Classically the number of reasonable threads is depending on the number of execution units, the ratio of IO to computation and the available memory.
Number of Execution Units (
That counts how many threads can be active at the same time. Depending on your computations that might or might not count stuff like hyperthreads -- mixed instruction workloads work better.
Ratio of IO to Computation (
If the threads never wait for IO but always compute (%IO = 0), using more threads than XUs only increase the overhead of memory pressure and context switching. If the threads always wait for IO and never compute (%IO = 1) then using a variant of
select() might be a good idea.
For all other situations
XU / %IO gives an approximation of how many threads are needed to fully use the available XUs.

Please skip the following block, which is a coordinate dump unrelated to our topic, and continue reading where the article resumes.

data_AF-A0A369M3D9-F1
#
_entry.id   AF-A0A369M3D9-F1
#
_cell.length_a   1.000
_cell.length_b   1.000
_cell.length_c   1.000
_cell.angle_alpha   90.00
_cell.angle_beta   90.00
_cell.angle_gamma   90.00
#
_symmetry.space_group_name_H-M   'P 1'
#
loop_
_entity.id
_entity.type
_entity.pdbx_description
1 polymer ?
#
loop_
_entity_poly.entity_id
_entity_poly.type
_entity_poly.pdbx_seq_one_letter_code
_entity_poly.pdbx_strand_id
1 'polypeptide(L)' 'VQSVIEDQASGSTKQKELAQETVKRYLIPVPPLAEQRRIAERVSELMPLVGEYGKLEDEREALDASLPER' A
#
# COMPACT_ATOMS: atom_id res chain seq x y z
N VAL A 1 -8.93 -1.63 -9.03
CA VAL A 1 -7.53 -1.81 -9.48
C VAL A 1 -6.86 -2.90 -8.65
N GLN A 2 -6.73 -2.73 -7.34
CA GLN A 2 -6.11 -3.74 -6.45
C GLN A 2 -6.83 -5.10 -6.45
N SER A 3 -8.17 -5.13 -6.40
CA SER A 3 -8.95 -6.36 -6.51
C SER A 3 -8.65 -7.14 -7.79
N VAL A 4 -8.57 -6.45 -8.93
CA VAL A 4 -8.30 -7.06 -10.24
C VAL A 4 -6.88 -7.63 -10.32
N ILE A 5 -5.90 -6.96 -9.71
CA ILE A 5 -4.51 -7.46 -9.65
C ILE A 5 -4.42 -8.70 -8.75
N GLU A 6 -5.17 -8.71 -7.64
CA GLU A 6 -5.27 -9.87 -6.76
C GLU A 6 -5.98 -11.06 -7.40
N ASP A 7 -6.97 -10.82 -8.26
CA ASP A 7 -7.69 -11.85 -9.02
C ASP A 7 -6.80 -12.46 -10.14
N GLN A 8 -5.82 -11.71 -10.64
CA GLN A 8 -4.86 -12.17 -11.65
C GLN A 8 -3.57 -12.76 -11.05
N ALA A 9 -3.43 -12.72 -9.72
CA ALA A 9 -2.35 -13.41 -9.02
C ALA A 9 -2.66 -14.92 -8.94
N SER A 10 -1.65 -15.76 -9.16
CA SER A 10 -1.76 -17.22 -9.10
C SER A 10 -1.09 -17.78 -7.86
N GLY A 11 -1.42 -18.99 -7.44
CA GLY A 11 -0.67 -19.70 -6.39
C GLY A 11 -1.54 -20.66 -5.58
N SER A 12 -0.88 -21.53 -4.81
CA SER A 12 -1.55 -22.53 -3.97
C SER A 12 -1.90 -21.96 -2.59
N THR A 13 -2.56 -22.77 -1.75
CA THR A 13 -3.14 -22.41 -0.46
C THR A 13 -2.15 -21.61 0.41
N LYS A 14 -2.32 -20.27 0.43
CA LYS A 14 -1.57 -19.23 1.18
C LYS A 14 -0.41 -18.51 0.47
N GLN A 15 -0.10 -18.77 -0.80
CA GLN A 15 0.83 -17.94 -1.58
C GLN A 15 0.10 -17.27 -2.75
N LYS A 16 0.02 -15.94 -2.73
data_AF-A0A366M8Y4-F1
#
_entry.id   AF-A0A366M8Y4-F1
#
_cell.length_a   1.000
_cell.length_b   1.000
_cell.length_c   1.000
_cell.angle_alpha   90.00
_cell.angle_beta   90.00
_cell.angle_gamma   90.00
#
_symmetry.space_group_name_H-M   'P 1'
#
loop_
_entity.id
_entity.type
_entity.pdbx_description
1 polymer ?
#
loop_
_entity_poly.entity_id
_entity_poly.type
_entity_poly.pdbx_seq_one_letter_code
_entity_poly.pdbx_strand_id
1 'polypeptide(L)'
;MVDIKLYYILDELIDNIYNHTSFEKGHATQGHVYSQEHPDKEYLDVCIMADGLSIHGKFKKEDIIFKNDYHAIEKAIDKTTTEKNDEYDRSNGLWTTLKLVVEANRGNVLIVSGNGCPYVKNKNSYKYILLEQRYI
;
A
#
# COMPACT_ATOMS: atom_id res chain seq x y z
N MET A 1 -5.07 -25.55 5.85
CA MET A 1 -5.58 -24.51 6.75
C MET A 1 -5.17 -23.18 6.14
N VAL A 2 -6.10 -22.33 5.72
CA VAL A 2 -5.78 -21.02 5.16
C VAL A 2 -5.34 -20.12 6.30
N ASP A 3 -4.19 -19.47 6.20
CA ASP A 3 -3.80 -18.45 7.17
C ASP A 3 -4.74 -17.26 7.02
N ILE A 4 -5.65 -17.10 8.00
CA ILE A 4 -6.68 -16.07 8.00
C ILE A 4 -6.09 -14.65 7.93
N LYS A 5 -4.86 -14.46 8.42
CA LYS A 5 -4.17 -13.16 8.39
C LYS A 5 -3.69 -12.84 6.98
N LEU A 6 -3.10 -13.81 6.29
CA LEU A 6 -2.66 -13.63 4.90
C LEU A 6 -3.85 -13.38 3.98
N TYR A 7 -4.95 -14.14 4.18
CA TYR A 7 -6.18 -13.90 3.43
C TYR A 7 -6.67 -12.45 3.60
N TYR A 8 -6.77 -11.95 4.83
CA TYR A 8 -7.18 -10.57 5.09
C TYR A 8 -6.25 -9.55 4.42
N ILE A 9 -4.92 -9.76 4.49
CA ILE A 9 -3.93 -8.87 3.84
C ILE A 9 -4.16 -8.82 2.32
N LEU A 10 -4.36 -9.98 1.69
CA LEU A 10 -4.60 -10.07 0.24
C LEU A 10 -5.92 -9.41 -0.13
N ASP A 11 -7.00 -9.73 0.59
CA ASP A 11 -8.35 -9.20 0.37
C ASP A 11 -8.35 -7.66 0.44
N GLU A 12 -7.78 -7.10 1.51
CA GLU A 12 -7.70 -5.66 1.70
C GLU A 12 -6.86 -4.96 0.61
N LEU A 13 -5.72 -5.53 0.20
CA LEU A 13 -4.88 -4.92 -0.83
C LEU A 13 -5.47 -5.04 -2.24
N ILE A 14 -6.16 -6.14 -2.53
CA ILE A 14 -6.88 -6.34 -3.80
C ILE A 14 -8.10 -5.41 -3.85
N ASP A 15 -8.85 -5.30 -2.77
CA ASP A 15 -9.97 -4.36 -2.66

Available Memory (
This is more of a upper limit. Each thread uses a certain amount of system resources (
Mem / MemUse gives you an approximation of how many threads can be supported by the system.
The performance of the whole system can still be constrained by other factors even if you can guess or (better) measure the numbers above. For example, there might be another service running on the system, which uses some of the XUs and memory. Another problem is general available IO bandwidth (
IOCap). If you need less computing resources per transferred byte than your XUs provide, obviously you'll need to care less about using them completely and more about increasing IO throughput.
For more about this latter problem, see this Google Talk about the Roofline Model.